Rezaee said the whole ordeal has been devastating financially, professionally, socially and emotionally.
"Officials hide behind policy," Rezaee said during an interview with the Macon Telegraph. "Then they go home and sleep at night. They don't look at the human side. I haven't given them any reason to doubt me. I've had a security clearance since 1991 and now they suddenly have issues."
An April decision on Rezaee's appeal to the Defense Department's Office of Hearings and Appeals in Arlington, Virginia, upheld-at least in part-the previous Air Force ruling in the case.
"Protection of the national security is the paramount consideration," Administrative Law Judge Carol Ricciardello said in a 12-page document. "Therefore, any doubt concerning personnel being considered for access to classified information is resolved in favor of national security."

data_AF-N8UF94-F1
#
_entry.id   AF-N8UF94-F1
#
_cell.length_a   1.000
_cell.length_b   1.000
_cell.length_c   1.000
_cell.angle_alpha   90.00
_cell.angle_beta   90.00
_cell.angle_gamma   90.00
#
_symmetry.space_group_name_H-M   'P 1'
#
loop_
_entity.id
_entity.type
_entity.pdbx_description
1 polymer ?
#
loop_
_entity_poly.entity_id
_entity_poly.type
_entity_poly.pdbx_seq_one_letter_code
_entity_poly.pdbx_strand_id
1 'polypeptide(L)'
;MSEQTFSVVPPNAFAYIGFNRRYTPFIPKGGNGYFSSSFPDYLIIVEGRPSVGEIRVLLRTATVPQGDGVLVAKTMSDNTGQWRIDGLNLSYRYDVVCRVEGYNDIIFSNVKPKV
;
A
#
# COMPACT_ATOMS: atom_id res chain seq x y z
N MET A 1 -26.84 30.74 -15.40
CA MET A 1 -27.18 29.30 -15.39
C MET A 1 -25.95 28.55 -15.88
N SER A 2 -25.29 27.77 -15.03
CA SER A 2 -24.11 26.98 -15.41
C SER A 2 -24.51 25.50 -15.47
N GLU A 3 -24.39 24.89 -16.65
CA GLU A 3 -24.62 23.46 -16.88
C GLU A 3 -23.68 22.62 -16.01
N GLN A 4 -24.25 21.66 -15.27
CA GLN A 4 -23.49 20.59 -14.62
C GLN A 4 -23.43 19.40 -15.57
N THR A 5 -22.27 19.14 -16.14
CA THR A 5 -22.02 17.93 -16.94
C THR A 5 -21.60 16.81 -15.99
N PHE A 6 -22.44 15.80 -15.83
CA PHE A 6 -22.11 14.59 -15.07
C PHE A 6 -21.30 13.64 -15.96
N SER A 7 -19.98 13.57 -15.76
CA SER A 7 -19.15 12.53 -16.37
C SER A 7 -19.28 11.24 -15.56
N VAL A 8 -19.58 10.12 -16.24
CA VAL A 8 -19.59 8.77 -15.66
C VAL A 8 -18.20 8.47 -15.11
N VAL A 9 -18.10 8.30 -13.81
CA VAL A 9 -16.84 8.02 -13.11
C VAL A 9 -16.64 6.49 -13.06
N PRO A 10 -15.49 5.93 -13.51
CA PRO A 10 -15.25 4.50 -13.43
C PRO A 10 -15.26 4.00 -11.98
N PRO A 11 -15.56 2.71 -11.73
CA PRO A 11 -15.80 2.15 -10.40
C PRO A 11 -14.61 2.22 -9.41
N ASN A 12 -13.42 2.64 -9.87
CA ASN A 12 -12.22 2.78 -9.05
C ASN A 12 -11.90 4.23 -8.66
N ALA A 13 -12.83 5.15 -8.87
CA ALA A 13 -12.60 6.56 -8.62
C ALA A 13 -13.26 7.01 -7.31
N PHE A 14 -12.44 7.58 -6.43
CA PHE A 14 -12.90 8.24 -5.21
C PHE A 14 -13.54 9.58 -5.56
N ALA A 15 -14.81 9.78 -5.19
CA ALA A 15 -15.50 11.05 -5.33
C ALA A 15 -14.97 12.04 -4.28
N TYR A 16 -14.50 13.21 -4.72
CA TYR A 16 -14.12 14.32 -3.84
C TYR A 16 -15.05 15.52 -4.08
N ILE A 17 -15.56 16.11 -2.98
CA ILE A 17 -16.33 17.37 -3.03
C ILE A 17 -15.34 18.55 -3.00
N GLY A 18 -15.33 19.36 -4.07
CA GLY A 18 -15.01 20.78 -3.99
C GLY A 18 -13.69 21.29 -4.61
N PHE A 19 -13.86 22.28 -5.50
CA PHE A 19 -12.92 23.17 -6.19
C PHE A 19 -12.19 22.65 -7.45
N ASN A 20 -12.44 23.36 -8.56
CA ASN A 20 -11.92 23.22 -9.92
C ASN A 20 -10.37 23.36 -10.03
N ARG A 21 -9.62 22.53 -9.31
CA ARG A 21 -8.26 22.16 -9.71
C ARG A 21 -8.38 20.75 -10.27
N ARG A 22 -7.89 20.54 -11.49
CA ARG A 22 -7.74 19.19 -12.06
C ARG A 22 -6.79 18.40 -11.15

The Air Force also raised "foreign preference" and "personal conduct" allegations against Rezaee, but Ricciardello found no compelling evidence to substantiate those charges.
Rezaee's appeal to the Defense Department agency contained 20 letters of recommendation from Robins' supervisors, co-workers, and friends and neighbors in the middle Georgia community.
Ricciardello admitted that the documentation described Rezaee as "loyal, consistently professional" with a "high level of competence" and a "high level of integrity." The judge further noted that Rezaee's annual appraisals "reflected that he consistently met expected standards and often exceeded the standards."
"None of the witnesses [at Rezaee's hearing] had any reservations about [his] holding a security clearance," said Ricciardello. Yet the defense official sustained the "foreign influence" ruling, concluding that Rezaee's overall record left her "with questions about his eligibility and suitability for a security clearance."
The veteran employee worked in a classified software facility at Robins, providing support for the F-15 fighter. The position calls for a security clearance, although Rezaee said he had not done classified work in years.